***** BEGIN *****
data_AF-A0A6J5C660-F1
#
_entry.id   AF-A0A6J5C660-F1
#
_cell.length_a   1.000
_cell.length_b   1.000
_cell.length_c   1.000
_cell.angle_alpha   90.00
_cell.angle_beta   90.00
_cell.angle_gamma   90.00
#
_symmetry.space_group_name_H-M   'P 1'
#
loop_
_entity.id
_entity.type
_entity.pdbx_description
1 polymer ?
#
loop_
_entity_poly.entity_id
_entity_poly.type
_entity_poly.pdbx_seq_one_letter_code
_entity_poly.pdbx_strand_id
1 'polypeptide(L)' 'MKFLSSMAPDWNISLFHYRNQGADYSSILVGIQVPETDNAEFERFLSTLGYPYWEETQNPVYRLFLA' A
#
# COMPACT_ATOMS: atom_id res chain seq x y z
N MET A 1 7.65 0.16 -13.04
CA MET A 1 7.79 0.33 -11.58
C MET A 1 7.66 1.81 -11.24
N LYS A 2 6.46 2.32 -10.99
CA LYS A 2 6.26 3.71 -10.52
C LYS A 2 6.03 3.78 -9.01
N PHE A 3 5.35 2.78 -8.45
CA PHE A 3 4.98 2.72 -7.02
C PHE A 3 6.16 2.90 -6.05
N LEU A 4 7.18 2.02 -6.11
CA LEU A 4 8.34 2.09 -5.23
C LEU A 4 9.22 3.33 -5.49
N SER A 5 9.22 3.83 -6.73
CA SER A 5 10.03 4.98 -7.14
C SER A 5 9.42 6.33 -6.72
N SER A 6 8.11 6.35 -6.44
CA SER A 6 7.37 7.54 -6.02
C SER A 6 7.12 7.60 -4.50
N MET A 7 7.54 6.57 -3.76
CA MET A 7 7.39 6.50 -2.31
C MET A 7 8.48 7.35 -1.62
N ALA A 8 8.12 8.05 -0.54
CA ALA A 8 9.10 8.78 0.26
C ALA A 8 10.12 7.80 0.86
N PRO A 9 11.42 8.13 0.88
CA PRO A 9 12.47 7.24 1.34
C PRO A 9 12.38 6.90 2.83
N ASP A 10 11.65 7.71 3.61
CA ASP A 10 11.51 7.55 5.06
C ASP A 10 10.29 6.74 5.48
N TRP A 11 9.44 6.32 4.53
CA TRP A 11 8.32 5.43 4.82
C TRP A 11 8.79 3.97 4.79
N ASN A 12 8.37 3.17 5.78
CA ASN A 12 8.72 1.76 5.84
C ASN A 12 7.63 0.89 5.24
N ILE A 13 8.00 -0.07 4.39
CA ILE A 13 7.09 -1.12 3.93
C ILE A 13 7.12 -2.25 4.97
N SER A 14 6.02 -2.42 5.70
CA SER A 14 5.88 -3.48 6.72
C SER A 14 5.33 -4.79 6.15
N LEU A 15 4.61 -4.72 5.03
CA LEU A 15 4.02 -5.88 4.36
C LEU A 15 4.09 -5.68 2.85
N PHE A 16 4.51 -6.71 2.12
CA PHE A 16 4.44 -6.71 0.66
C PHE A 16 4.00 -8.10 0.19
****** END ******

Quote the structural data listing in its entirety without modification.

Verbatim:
data_AF-A0A6J5C660-F1
#
_entry.id   AF-A0A6J5C660-F1
#
_cell.length_a   1.000
_cell.length_b   1.000
_cell.length_c   1.000
_cell.angle_alpha   90.00
_cell.angle_beta   90.00
_cell.angle_gamma   90.00
#
_symmetry.space_group_name_H-M   'P 1'
#
loop_
_entity.id
_entity.type
_entity.pdbx_description
1 polymer ?
#
loop_
_entity_poly.entity_id
_entity_poly.type
_entity_poly.pdbx_seq_one_letter_code
_entity_poly.pdbx_strand_id
1 'polypeptide(L)' 'MKFLSSMAPDWNISLFHYRNQGADYSSILVGIQVPETDNAEFERFLSTLGYPYWEETQNPVYRLFLA' A
#
# COMPACT_ATOMS: atom_id res chain seq x y z
N MET A 1 7.65 0.16 -13.04
CA MET A 1 7.79 0.33 -11.58
C MET A 1 7.66 1.81 -11.24
N LYS A 2 6.46 2.32 -10.99
CA LYS A 2 6.26 3.71 -10.52
C LYS A 2 6.03 3.78 -9.01
N PHE A 3 5.35 2.78 -8.45
CA PHE A 3 4.98 2.72 -7.02
C PHE A 3 6.16 2.90 -6.05
N LEU A 4 7.18 2.02 -6.11
CA LEU A 4 8.34 2.09 -5.23
C LEU A 4 9.22 3.33 -5.49
N SER A 5 9.22 3.83 -6.73
CA SER A 5 10.03 4.98 -7.14
C SER A 5 9.42 6.33 -6.72
N SER A 6 8.11 6.35 -6.44
CA SER A 6 7.37 7.54 -6.02
C SER A 6 7.12 7.60 -4.50
N MET A 7 7.54 6.57 -3.76
CA MET A 7 7.39 6.50 -2.31
C MET A 7 8.48 7.35 -1.62
N ALA A 8 8.12 8.05 -0.54
CA ALA A 8 9.10 8.78 0.26
C ALA A 8 10.12 7.80 0.86
N PRO A 9 11.42 8.13 0.88
CA PRO A 9 12.47 7.24 1.34
C PRO A 9 12.38 6.90 2.83
N ASP A 10 11.65 7.71 3.61
CA ASP A 10 11.51 7.55 5.06
C ASP A 10 10.29 6.74 5.48
N TRP A 11 9.44 6.32 4.53
CA TRP A 11 8.32 5.43 4.82
C TRP A 11 8.79 3.97 4.79
N ASN A 12 8.37 3.17 5.78
CA ASN A 12 8.72 1.76 5.84
C ASN A 12 7.63 0.89 5.24
N ILE A 13 8.00 -0.07 4.39
CA ILE A 13 7.09 -1.12 3.93
C ILE A 13 7.12 -2.25 4.97
N SER A 14 6.02 -2.42 5.70
CA SER A 14 5.88 -3.48 6.72
C SER A 14 5.33 -4.79 6.15
N LEU A 15 4.61 -4.72 5.03
CA LEU A 15 4.02 -5.88 4.36
C LEU A 15 4.09 -5.68 2.85
N PHE A 16 4.51 -6.71 2.12
CA PHE A 16 4.44 -6.71 0.66
C PHE A 16 4.00 -8.10 0.19